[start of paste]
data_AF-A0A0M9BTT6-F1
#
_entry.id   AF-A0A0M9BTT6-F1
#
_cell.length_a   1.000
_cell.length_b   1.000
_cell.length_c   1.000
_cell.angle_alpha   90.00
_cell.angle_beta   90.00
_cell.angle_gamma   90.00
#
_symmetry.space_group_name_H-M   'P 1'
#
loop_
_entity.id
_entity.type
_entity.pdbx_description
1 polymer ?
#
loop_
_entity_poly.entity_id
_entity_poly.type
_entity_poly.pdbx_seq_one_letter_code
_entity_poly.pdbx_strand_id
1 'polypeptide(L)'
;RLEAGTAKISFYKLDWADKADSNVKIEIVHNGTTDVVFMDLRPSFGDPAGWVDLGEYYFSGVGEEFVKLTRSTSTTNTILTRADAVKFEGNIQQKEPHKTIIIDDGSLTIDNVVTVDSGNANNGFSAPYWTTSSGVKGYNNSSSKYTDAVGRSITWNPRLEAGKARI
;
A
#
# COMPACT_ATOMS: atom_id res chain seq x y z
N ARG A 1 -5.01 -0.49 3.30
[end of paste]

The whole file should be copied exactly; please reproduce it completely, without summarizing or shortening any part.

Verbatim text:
data_AF-A0A0M9BTT6-F1
#
_entry.id   AF-A0A0M9BTT6-F1
#
_cell.length_a   1.000
_cell.length_b   1.000
_cell.length_c   1.000
_cell.angle_alpha   90.00
_cell.angle_beta   90.00
_cell.angle_gamma   90.00
#
_symmetry.space_group_name_H-M   'P 1'
#
loop_
_entity.id
_entity.type
_entity.pdbx_description
1 polymer ?
#
loop_
_entity_poly.entity_id
_entity_poly.type
_entity_poly.pdbx_seq_one_letter_code
_entity_poly.pdbx_strand_id
1 'polypeptide(L)'
;RLEAGTAKISFYKLDWADKADSNVKIEIVHNGTTDVVFMDLRPSFGDPAGWVDLGEYYFSGVGEEFVKLTRSTSTTNTILTRADAVKFEGNIQQKEPHKTIIIDDGSLTIDNVVTVDSGNANNGFSAPYWTTSSGVKGYNNSSSKYTDAVGRSITWNPRLEAGKARI
;
A
#
# COMPACT_ATOMS: atom_id res chain seq x y z
N ARG A 1 -5.01 -0.49 3.30